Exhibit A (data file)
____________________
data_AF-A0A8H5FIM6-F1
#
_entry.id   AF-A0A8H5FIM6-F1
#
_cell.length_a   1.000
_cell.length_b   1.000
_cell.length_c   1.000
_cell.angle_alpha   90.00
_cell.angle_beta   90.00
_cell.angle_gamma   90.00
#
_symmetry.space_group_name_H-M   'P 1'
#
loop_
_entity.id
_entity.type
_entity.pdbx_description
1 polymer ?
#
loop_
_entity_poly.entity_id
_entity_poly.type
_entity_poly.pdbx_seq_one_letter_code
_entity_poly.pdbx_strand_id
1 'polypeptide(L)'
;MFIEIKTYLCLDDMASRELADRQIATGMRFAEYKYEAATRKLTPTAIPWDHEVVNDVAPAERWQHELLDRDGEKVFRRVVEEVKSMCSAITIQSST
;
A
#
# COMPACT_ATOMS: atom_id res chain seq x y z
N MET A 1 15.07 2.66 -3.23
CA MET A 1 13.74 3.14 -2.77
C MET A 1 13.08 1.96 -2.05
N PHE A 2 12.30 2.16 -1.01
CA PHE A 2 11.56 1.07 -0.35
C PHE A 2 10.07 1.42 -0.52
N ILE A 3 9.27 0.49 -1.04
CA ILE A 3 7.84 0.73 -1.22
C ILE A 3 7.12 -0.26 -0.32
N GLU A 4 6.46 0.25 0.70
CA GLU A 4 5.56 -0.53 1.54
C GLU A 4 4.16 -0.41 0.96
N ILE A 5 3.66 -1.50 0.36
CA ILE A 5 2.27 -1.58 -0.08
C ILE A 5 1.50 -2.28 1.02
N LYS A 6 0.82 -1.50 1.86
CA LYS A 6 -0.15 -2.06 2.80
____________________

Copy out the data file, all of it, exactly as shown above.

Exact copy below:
data_AF-A0A8H5FIM6-F1
#
_entry.id   AF-A0A8H5FIM6-F1
#
_cell.length_a   1.000
_cell.length_b   1.000
_cell.length_c   1.000
_cell.angle_alpha   90.00
_cell.angle_beta   90.00
_cell.angle_gamma   90.00
#
_symmetry.space_group_name_H-M   'P 1'
#
loop_
_entity.id
_entity.type
_entity.pdbx_description
1 polymer ?
#
loop_
_entity_poly.entity_id
_entity_poly.type
_entity_poly.pdbx_seq_one_letter_code
_entity_poly.pdbx_strand_id
1 'polypeptide(L)'
;MFIEIKTYLCLDDMASRELADRQIATGMRFAEYKYEAATRKLTPTAIPWDHEVVNDVAPAERWQHELLDRDGEKVFRRVVEEVKSMCSAITIQSST
;
A
#
# COMPACT_ATOMS: atom_id res chain seq x y z
N MET A 1 15.07 2.66 -3.23
CA MET A 1 13.74 3.14 -2.77
C MET A 1 13.08 1.96 -2.05
N PHE A 2 12.30 2.16 -1.01
CA PHE A 2 11.56 1.07 -0.35
C PHE A 2 10.07 1.42 -0.52
N ILE A 3 9.27 0.49 -1.04
CA ILE A 3 7.84 0.73 -1.22
C ILE A 3 7.12 -0.26 -0.32
N GLU A 4 6.46 0.25 0.70
CA GLU A 4 5.56 -0.53 1.54
C GLU A 4 4.16 -0.41 0.96
N ILE A 5 3.66 -1.50 0.36
CA ILE A 5 2.27 -1.58 -0.08
C ILE A 5 1.50 -2.28 1.02
N LYS A 6 0.82 -1.50 1.86
CA LYS A 6 -0.15 -2.06 2.80